The U.S. military is awarding medals to three Junior Reserve Officers’ Training Corps cadets who were killed in last week’s high school shooting here, and one of them has received a rare posthumous admission to the U.S. Military Academy.
The students – Peter Wang, 15, and Alaina Petty and Martin Duque, both 14 – were members of the JROTC program at Marjory Stoneman Douglas High School, where the shooting occurred Feb. 14. Police said 19-year-old Nikolas Cruz – a former JROTC member at the school – opened fire inside the school with an assault-style rifle, killing 17 people. Authorities have hailed the JROTC members for their bravery that day in helping other students reach safety.
The U.S. Army Cadet Command said the JROTC Medal of Heroism is given to a cadet who does something “so exceptional and outstanding that it clearly sets the individual apart from fellow students” and “involved the acceptance of danger and extraordinary responsibilities, exemplifying praiseworthy fortitude and courage.”
JROTC is a national service and leadership program that involves more than 300,000 students in 1,700 schools. Cadet Command spokesman Michael Maddox said that just 48 JROTC heroism medals have been awarded in the past 20 years.
Maddox said JROTC students who survived the shooting at Douglas High might also receive medals for the help they gave to others as the attack was underway; Zackary Walls and Colton Haab helped to build a makeshift shield out of sheets of Kevlar for students who fled to the JROTC classroom, and Jude Lenamon helped panicked students to safely and quickly leave campus after he recognized the sound of gunshots and realized that the incident was not a fire drill.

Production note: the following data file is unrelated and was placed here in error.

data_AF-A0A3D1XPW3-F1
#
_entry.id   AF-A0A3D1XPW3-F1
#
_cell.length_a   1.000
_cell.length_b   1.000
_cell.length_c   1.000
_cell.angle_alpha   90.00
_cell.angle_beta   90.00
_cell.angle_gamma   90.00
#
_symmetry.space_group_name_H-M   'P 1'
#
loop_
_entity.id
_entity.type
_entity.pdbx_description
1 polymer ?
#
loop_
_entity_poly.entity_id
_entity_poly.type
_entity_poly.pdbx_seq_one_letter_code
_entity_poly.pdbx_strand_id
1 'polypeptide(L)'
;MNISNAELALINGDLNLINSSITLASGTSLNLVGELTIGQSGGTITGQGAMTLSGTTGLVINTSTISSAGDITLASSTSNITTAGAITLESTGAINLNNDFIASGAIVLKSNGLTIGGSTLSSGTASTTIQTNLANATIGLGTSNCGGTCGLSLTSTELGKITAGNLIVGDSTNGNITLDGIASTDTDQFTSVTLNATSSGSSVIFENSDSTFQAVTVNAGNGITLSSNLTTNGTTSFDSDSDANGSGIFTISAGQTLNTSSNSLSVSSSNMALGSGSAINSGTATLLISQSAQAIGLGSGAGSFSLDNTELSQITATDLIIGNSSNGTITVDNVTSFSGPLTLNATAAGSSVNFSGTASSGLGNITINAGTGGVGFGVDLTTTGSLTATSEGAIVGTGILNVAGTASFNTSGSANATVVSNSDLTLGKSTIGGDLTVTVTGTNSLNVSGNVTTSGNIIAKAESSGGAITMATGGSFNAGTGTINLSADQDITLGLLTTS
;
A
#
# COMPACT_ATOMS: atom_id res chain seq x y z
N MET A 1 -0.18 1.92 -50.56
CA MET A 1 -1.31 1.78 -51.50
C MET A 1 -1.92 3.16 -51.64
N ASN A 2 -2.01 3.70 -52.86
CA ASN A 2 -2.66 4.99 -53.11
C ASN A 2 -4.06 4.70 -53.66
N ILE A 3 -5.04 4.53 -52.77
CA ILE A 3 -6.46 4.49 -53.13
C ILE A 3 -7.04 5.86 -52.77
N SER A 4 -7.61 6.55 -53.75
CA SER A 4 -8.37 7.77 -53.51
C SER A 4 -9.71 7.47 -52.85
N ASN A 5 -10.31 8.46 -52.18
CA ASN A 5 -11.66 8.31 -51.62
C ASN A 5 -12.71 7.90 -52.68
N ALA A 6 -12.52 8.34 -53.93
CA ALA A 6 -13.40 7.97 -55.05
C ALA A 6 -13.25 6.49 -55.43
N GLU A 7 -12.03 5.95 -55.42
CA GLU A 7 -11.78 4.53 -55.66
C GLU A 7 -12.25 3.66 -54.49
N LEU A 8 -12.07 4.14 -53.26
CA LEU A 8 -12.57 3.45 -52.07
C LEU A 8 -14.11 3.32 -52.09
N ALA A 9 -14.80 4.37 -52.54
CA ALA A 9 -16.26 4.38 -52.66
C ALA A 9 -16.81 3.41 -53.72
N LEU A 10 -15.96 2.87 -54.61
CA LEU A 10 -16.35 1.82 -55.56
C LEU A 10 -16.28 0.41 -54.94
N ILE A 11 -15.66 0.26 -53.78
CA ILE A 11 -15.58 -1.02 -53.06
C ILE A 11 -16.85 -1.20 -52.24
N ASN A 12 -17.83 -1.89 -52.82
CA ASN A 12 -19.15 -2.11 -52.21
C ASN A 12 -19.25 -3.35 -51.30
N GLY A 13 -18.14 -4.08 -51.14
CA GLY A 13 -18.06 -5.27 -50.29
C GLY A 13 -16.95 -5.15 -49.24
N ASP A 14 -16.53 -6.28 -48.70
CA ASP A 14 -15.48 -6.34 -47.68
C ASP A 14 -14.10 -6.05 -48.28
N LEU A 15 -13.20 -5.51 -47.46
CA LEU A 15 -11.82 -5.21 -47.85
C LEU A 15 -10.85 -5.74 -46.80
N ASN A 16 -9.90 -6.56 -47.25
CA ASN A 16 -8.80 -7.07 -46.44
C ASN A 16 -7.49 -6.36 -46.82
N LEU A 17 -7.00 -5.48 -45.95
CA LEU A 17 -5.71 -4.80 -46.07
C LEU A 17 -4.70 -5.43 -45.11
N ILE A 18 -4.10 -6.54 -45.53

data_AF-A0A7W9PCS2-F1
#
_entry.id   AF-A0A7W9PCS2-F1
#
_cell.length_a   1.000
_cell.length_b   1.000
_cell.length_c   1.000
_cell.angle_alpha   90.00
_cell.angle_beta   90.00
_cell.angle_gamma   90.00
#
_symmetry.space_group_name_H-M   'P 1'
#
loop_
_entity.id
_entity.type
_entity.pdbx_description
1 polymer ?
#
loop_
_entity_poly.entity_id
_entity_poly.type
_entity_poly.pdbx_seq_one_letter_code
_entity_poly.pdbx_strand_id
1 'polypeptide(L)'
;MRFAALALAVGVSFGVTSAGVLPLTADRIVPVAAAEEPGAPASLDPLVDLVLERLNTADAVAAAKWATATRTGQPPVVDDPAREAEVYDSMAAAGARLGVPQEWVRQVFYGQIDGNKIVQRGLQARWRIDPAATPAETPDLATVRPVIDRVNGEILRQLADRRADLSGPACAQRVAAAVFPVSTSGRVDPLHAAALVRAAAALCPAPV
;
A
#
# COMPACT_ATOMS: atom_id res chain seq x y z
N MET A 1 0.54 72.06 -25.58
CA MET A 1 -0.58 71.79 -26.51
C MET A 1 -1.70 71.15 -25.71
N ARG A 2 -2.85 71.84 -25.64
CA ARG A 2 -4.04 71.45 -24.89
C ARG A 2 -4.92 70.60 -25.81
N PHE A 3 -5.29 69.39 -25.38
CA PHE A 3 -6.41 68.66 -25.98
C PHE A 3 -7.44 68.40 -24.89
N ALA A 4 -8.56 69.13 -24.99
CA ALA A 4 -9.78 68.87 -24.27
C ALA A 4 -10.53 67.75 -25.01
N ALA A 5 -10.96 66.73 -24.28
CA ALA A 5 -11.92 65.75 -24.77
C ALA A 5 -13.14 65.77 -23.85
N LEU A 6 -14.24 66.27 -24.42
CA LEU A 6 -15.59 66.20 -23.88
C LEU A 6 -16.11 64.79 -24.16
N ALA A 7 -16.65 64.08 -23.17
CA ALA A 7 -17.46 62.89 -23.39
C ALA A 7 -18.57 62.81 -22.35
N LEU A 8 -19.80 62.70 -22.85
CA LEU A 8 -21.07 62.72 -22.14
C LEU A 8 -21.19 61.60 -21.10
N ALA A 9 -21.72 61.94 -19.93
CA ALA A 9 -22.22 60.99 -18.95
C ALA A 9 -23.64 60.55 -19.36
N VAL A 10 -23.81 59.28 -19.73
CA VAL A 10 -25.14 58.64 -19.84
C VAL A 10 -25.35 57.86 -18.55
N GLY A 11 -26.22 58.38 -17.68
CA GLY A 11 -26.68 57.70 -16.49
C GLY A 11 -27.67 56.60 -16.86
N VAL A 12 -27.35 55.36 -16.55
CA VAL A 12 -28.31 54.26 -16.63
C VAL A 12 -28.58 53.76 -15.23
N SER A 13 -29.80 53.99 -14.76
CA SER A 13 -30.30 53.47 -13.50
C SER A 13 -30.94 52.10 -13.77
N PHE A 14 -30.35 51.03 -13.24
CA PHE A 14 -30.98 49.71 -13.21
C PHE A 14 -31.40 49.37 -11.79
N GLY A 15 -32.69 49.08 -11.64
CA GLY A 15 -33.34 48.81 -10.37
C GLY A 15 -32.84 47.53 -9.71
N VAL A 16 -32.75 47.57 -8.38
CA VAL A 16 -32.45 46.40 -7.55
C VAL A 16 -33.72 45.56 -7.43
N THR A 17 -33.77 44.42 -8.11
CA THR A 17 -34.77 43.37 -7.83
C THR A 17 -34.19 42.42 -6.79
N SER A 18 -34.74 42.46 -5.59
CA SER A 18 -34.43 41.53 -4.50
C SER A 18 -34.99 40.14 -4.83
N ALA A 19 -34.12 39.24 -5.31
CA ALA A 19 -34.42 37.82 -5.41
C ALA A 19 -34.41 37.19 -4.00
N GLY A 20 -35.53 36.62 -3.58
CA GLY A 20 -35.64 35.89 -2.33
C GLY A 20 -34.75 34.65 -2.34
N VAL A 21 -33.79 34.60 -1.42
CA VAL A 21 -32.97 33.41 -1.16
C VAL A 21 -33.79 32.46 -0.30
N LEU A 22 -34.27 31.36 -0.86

“Awards for other possible cadets are going through a review process,” Maddox said.
The families of the three slain JROTC cadets either have been or are to be presented with medals at the funerals for their children. Wang was buried in his uniform Tuesday, with his medal pinned to it. His family received a keepsake medal, Maddox said.
Petty’s family received the medal at her service Monday, and Duque’s family is to receive the medal at his funeral Saturday.
Wang is credited with saving lives by holding open a door for others to escape and was in his cadet uniform when he was killed. His family and friends said he loved being part of JROTC and had dreams of attending the U.S. Military Academy in West Point, N.Y.
“Peter Wang, an Army Junior Reserve Officer Training Corps cadet at Marjory Stoneman Douglas High School, had a lifetime goal to attend USMA and was posthumously offered admission for his heroic actions on Feb. 14,” a statement from the academy said. “It was an appropriate way for USMA to honor this brave young man.”
The statement said the honor is given “in very rare instances for those candidates or potential candidates whose actions exemplified the tenets of Duty, Honor and Country.”
A spokeswoman said the honor is so rare that the academy is unaware of the last time a posthumous admission was granted.
Petty was a member of the unit’s color guard and was anticipating her first competition in the coming weeks. Her brother, Patrick Petty, who also is in JROTC, survived the shooting. He was in a front office with other members of the unit, as well as adults and special-needs students whom he helped usher into the room.
Cadet Capt. Madison Geller, 17, was in the same room, and she remembers Patrick Petty trying to reach his sister as the attack was taking place. “He kept texting and texting her,” she said.
About 1,500 people, including Florida Gov. Rick Scott, R, attended Petty’s funeral. Duque, like Wang and Petty, was proud to be a cadet, his friends said.
Cruz, the alleged shooter, trained with the Douglas JROTC marksmanship team when he was in JROTC in 2016.
Special To The Washington Post · Lori Rozsa